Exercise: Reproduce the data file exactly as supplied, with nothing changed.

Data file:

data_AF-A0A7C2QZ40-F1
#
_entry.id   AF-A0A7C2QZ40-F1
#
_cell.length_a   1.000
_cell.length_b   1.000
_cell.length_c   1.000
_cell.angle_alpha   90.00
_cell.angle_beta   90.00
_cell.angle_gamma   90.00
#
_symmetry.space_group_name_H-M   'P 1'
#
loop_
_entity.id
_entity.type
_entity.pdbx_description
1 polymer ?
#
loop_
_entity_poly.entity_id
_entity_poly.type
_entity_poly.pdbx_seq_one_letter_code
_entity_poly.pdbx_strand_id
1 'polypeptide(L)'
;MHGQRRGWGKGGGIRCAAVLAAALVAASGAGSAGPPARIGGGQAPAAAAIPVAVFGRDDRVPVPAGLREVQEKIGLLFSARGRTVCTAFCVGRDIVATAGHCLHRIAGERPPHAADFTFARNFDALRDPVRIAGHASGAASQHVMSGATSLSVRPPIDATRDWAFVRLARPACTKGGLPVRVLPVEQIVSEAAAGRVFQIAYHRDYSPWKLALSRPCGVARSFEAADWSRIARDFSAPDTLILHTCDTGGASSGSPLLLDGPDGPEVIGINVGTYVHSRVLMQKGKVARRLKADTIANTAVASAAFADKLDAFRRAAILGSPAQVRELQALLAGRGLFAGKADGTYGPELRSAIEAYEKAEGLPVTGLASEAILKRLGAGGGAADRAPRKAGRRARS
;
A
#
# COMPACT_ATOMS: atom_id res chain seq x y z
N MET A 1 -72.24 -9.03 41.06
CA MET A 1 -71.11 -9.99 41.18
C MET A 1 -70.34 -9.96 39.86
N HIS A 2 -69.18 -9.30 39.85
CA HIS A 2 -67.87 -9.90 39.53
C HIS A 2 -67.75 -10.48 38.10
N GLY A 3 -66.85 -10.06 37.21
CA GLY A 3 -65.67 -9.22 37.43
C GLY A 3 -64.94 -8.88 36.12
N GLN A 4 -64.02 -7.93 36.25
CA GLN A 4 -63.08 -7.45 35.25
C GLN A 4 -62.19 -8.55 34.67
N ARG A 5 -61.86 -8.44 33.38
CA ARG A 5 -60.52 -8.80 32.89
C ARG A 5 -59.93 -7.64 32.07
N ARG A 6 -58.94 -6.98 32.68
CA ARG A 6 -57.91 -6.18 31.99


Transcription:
data_AF-A0A7C2QZ40-F1
#
_entry.id   AF-A0A7C2QZ40-F1
#
_cell.length_a   1.000
_cell.length_b   1.000
_cell.length_c   1.000
_cell.angle_alpha   90.00
_cell.angle_beta   90.00
_cell.angle_gamma   90.00
#
_symmetry.space_group_name_H-M   'P 1'
#
loop_
_entity.id
_entity.type
_entity.pdbx_description
1 polymer ?
#
loop_
_entity_poly.entity_id
_entity_poly.type
_entity_poly.pdbx_seq_one_letter_code
_entity_poly.pdbx_strand_id
1 'polypeptide(L)'
;MHGQRRGWGKGGGIRCAAVLAAALVAASGAGSAGPPARIGGGQAPAAAAIPVAVFGRDDRVPVPAGLREVQEKIGLLFSARGRTVCTAFCVGRDIVATAGHCLHRIAGERPPHAADFTFARNFDALRDPVRIAGHASGAASQHVMSGATSLSVRPPIDATRDWAFVRLARPACTKGGLPVRVLPVEQIVSEAAAGRVFQIAYHRDYSPWKLALSRPCGVARSFEAADWSRIARDFSAPDTLILHTCDTGGASSGSPLLLDGPDGPEVIGINVGTYVHSRVLMQKGKVARRLKADTIANTAVASAAFADKLDAFRRAAILGSPAQVRELQALLAGRGLFAGKADGTYGPELRSAIEAYEKAEGLPVTGLASEAILKRLGAGGGAADRAPRKAGRRARS
;
A
#
# COMPACT_ATOMS: atom_id res chain seq x y z
N MET A 1 -72.24 -9.03 41.06
CA MET A 1 -71.11 -9.99 41.18
C MET A 1 -70.34 -9.96 39.86
N HIS A 2 -69.18 -9.30 39.85
CA HIS A 2 -67.87 -9.90 39.53
C HIS A 2 -67.75 -10.48 38.10
N GLY A 3 -66.85 -10.06 37.21
CA GLY A 3 -65.67 -9.22 37.43
C GLY A 3 -64.94 -8.88 36.12
N GLN A 4 -64.02 -7.93 36.25
CA GLN A 4 -63.08 -7.45 35.25
C GLN A 4 -62.19 -8.55 34.67
N ARG A 5 -61.86 -8.44 33.38
CA ARG A 5 -60.52 -8.80 32.89
C ARG A 5 -59.93 -7.64 32.07
N ARG A 6 -58.94 -6.98 32.68
CA ARG A 6 -57.91 -6.18 31.99